by Nanette Ryan
On July 20 of this year I gave birth to my beautiful, healthy baby boys, James and Alec. My pregnancy was not easy. The first three months saw lots of queasiness, naps, and trial and error with foods that I could stomach. In the second trimester I was hit by a cyclist while walking and rushed to hospital, and in the third contractions started too early and so I was back in hospital for monitoring, bed rest, and treatment. For 20 days I was almost constantly on an IV of anti-contraction medication, I had 5 blood tests a day, injections, CTGs sometimes three times a day, and frequent invasive exams.
After 20 days in hospital I was briefly taken off my current anti-contraction medication to make time to prepare for the next round. My boys wasted no time, and in half an hour I was in full labour. As I was wheeled into the delivery room, exhausted and in horrible pain, I said to the midwives ‘I need something! Any thing!’ ‘What do you mean ‘you need something’?’ they said. (I want a freakin’ stroll in the park, what do you think I mean!?). ‘Something for the pain!’ I said. ‘Drugs! I want the drugs!’ But there was no time, the babies were coming and I had to push. And so I did.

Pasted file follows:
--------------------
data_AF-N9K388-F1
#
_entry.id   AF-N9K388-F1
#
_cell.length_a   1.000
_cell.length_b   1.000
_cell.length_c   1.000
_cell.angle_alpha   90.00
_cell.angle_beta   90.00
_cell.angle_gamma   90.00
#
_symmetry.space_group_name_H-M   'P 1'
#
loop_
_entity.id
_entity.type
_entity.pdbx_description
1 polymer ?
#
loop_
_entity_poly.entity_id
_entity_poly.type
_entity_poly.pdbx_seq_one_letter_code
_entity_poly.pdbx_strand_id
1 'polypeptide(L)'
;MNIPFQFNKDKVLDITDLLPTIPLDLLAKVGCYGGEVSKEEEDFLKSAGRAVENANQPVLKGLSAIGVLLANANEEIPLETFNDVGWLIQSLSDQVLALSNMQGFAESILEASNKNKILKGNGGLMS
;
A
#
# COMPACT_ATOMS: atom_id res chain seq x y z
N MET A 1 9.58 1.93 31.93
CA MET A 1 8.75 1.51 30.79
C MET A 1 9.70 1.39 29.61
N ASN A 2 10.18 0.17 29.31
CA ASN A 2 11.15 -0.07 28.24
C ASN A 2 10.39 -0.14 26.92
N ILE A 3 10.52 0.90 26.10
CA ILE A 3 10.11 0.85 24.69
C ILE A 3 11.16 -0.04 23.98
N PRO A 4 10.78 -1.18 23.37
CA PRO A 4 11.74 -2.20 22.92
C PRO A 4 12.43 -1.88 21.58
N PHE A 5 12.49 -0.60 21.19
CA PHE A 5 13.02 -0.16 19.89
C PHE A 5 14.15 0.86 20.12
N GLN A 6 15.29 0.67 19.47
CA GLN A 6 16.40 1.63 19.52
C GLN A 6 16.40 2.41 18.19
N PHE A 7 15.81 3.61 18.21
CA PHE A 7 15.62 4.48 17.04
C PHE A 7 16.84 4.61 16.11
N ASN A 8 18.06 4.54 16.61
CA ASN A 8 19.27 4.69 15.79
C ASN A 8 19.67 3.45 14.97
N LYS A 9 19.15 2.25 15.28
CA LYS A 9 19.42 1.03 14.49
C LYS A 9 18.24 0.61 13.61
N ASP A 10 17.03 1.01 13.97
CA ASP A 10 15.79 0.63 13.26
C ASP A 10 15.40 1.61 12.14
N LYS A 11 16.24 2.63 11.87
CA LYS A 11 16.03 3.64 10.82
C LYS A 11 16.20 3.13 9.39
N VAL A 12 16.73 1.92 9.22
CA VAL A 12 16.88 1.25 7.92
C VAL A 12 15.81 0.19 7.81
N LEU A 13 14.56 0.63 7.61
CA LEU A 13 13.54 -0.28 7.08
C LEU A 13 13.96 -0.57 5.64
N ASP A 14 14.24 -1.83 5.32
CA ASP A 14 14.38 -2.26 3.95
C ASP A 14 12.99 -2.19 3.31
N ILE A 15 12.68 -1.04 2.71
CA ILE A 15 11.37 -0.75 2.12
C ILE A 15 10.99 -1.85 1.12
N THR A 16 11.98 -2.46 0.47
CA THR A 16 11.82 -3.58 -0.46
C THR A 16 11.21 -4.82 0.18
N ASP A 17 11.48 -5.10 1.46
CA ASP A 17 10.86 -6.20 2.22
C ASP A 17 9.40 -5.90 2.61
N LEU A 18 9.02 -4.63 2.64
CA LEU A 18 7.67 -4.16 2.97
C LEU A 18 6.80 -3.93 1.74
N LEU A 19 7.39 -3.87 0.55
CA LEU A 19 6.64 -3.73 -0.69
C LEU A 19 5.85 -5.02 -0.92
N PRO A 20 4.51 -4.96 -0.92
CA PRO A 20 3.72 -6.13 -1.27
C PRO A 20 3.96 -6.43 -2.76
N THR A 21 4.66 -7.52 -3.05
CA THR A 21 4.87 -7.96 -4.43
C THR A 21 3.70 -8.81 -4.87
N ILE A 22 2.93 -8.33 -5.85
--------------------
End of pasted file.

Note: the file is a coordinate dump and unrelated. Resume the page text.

As it was my first pregnancy I did a lot of reading and research leading up to the birth. I practised breathing, did my kegels, and (naively) talked to other mums about what kind of birth I should ‘go for’. The thing that prepared me most for giving birth, however, was something that none of the birthing books, conversations, or women’s health resources talked about. It was weight training, and in particular, barbell squats and deadlifts. Before I became pregnant weight training dominated my workouts, and I continued to weight train for as long as it was safe and comfortable when pregnant.
These exercises helped me in a number of ways. Despite my extended stay in hospital, it gave me the physical strength to do what I needed to do. It allowed me to trust my body, and it gave me the confidence to do it. I had pushed my body, and so I was confident that I could push these kids out, like when you walk up to a squat rack with a higher weight than you’ve lifted before and think, ‘I’m going to fucking do this!’
Like so many things for women, the focus on women’s health and birth preparation is on the gentler side of things; focused breathing, gentle stretching, and light cardio. Don’t get me wrong, these things have their virtues, including distracting women from what can be the horrors to come. But birth, however you do it, is not gentle. Women are not snowflakes, and the sooner we start emphasizing this the better.
Nanette Ryan is a PhD candidate in Philosophy at Georgetown University. She is primarily interested ethics, moral psychology, and feminist philosophy.